Identification of a pyruvate-to-lactate signature in pancreatic intraductal papillary mucinous neoplasms

Alan R. Penheiter, Dinesh K. Deelchand, Emily Kittelson, Sibel Erdogan Damgard, Stephen J. Murphy, Daniel R. O'Brien, William R. Bamlet, Marie R. Passow, Thomas C. Smyrk, Fergus J. Couch, George Vasmatzis, John D. Port, Małgorzata Marjańska, Stephanie K. Carlson

Research output: Contribution to journalArticlepeer-review

6 Scopus citations

Abstract

Objective We used transcriptomic profiling and immunohistochemistry (IHC) to search for a functional imaging strategy to resolve common problems with morphological imaging of cystic neoplasms and benign cystic lesions of the pancreas. Methods Resected pancreatic cancer (n = 21) and normal pancreas were laser-capture micro-dissected, and transcripts were quantified by RNAseq. Functional imaging targets were validated at the protein level by IHC on a pancreatic adenocarcinoma tissue microarray and a newly created tissue microarray of resected intraductal papillary mucinous neoplasms (IPMNs) and IPMN-associated adenocarcinomas. Results Genes encoding proteins responsible for cellular import of pyruvate, export of lactate, and conversion of pyruvate to lactate were highly upregulated in pancreatic adenocarcinoma compared to normal pancreas. Strong expression of MCT4 and LDHA was observed by IHC in >90% of adenocarcinoma specimens. In IPMNs, the pyruvate-to-lactate signature was significantly elevated in high grade dysplasia (HGD) and IPMN-associated adenocarcinoma. Additionally, cores containing HGD and/or adenocarcinoma exhibited a higher number of peri-lesional stromal cells and a significant increase in peri-lesional stromal cell staining of LDHA and MCT4. Interestingly, the pyruvate-to-lactate signature was significantly upregulated in cores containing only low grade dysplasia (LGD) from patients with histologically confirmed IPMN-associated adenocarcinoma versus LGD cores from patients with non-invasive IPMNs. Conclusion Our results suggest prospective studies with hyperpolarized [1–13C]-pyruvate magnetic resonance spectroscopic imaging are warranted. If these IHC results translate to functional imaging findings, a positive pyruvate-to-lactate imaging signature might be a risk factor for invasion that would warrant resection of IPMNs in the absence of other worrisome features.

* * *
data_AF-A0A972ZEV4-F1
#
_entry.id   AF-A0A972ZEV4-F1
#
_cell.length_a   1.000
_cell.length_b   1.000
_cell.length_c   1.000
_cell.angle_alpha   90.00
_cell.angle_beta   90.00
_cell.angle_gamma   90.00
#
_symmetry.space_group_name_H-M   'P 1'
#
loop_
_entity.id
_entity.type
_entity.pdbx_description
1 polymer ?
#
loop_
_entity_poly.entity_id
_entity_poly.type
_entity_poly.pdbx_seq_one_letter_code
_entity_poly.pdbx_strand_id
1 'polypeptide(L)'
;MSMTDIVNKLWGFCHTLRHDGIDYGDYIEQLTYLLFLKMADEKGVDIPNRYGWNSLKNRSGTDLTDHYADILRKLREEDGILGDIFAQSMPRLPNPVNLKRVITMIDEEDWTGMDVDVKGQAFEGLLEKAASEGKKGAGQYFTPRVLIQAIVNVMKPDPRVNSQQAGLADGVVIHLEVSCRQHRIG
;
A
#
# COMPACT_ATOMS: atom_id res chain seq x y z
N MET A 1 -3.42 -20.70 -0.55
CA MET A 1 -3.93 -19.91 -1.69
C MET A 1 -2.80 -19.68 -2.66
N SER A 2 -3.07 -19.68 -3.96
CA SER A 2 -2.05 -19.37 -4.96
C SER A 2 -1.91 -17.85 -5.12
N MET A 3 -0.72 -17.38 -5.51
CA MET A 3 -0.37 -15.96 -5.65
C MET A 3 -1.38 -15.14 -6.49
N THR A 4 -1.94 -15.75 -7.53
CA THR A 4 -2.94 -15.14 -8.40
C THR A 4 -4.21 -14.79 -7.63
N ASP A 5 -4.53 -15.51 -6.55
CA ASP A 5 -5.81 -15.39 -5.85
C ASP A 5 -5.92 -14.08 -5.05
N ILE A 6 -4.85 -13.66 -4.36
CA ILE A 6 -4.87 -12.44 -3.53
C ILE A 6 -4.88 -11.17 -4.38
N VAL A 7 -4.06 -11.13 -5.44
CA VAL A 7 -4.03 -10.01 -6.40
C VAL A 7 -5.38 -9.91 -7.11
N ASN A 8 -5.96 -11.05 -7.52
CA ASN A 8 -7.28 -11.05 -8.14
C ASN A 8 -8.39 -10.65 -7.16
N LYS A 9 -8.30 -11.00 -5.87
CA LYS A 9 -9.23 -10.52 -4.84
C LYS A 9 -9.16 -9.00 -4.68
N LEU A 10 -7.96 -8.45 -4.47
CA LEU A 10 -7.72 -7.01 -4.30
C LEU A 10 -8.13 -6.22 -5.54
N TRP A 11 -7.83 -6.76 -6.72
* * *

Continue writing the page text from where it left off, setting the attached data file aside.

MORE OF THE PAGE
Original languageEnglish (US)
Pages (from-to)46-53
Number of pages8
JournalPancreatology
Volume18
Issue number1
DOIs
StatePublished - Jan 2018

Bibliographical note

Funding Information:
SKC acknowledges the support of a generous benefactor gift from Ted L. Shabert , an award from the National Cancer Institute ( P50CA102701 [Mayo Clinic SPORE in Pancreatic Cancer]), the Minnesota Partnership for Biotechnology and Medical Genomics ( MNP #16.37 ), the Imaging Biomarker Program within the Center for Individualized Medicine at Mayo Clinic , the Mayo Clinic Center for Clinical and Translational Science (CCaTS) ( UL1TR000135 ), and an award from the Fifth District Fraternal Order of Eagles Cancer Research Fund . We would like to thank Anthony J. Blahnik, LouAnn A. Gross, Sarah N. Tangen, Eileen L. Holicky, Lorna K. Lubinski, Nathan G. Faiman, Peggy M. Gosse Rahnenfuehrer, and Stephen N. Hart for their technical expertise and Gloria M. Petersen for helpful discussion. We would also like to thank the Mayo Clinic Advanced Genomic Technology Center Gene Expression Core. We acknowledge the assistance of Sonia Watson, PhD, in editing and submission of the manuscript. DKD, EK, and MM acknowledge support of the NIH grant P41 EB015894 and the W.M. Keck Foundation . The authors have no other conflicts of interest to disclose.

Keywords

  • Hyperpolarized
  • IPMN
  • Magnetic resonance spectroscopy
  • Pancreatic adenocarcinoma
  • Pyruvate

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